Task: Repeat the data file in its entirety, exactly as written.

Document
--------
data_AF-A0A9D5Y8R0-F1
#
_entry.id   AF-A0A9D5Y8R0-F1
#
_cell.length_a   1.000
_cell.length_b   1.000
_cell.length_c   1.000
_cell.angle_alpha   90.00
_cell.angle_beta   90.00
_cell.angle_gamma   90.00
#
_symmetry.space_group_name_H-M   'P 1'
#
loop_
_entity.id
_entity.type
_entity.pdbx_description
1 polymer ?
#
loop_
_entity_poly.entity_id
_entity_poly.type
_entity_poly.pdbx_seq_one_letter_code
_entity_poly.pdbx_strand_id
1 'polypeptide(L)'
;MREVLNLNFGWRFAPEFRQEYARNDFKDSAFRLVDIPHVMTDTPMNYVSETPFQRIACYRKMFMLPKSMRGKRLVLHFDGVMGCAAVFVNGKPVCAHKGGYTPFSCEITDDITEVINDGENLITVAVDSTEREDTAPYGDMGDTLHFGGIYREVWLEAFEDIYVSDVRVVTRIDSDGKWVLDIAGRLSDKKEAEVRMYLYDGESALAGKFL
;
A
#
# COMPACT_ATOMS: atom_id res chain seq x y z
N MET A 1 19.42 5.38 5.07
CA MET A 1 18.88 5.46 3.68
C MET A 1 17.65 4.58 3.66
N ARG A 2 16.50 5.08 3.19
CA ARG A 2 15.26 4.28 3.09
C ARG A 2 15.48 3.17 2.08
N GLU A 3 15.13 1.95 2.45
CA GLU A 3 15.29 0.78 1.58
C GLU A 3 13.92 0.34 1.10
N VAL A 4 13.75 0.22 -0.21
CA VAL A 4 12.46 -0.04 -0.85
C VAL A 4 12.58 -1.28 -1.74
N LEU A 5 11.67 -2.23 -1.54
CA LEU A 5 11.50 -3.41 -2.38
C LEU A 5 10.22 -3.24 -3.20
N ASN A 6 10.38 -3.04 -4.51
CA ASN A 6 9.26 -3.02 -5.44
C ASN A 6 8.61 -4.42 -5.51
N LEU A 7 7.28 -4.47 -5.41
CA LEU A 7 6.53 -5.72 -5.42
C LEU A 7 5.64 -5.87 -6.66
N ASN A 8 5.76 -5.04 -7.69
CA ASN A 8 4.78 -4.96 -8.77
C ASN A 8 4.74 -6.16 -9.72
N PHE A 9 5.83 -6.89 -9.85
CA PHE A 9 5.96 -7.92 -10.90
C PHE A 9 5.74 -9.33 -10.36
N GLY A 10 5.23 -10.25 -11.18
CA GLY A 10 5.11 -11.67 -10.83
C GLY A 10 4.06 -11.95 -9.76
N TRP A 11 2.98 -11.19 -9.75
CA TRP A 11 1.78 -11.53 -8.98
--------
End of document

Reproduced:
data_AF-A0A9D5Y8R0-F1
#
_entry.id   AF-A0A9D5Y8R0-F1
#
_cell.length_a   1.000
_cell.length_b   1.000
_cell.length_c   1.000
_cell.angle_alpha   90.00
_cell.angle_beta   90.00
_cell.angle_gamma   90.00
#
_symmetry.space_group_name_H-M   'P 1'
#
loop_
_entity.id
_entity.type
_entity.pdbx_description
1 polymer ?
#
loop_
_entity_poly.entity_id
_entity_poly.type
_entity_poly.pdbx_seq_one_letter_code
_entity_poly.pdbx_strand_id
1 'polypeptide(L)'
;MREVLNLNFGWRFAPEFRQEYARNDFKDSAFRLVDIPHVMTDTPMNYVSETPFQRIACYRKMFMLPKSMRGKRLVLHFDGVMGCAAVFVNGKPVCAHKGGYTPFSCEITDDITEVINDGENLITVAVDSTEREDTAPYGDMGDTLHFGGIYREVWLEAFEDIYVSDVRVVTRIDSDGKWVLDIAGRLSDKKEAEVRMYLYDGESALAGKFL
;
A
#
# COMPACT_ATOMS: atom_id res chain seq x y z
N MET A 1 19.42 5.38 5.07
CA MET A 1 18.88 5.46 3.68
C MET A 1 17.65 4.58 3.66
N ARG A 2 16.50 5.08 3.19
CA ARG A 2 15.26 4.28 3.09
C ARG A 2 15.48 3.17 2.08
N GLU A 3 15.13 1.95 2.45
CA GLU A 3 15.29 0.78 1.58
C GLU A 3 13.92 0.34 1.10
N VAL A 4 13.75 0.22 -0.21
CA VAL A 4 12.46 -0.04 -0.85
C VAL A 4 12.58 -1.28 -1.74
N LEU A 5 11.67 -2.23 -1.54
CA LEU A 5 11.50 -3.41 -2.38
C LEU A 5 10.22 -3.24 -3.20
N ASN A 6 10.38 -3.04 -4.51
CA ASN A 6 9.26 -3.02 -5.44
C ASN A 6 8.61 -4.42 -5.51
N LEU A 7 7.28 -4.47 -5.41
CA LEU A 7 6.53 -5.72 -5.42
C LEU A 7 5.64 -5.87 -6.66
N ASN A 8 5.76 -5.04 -7.69
CA ASN A 8 4.78 -4.96 -8.77
C ASN A 8 4.74 -6.16 -9.72
N PHE A 9 5.83 -6.89 -9.85
CA PHE A 9 5.96 -7.92 -10.90
C PHE A 9 5.74 -9.33 -10.36
N GLY A 10 5.23 -10.25 -11.18
CA GLY A 10 5.11 -11.67 -10.83
C GLY A 10 4.06 -11.95 -9.76
N TRP A 11 2.98 -11.19 -9.75
CA TRP A 11 1.78 -11.53 -8.98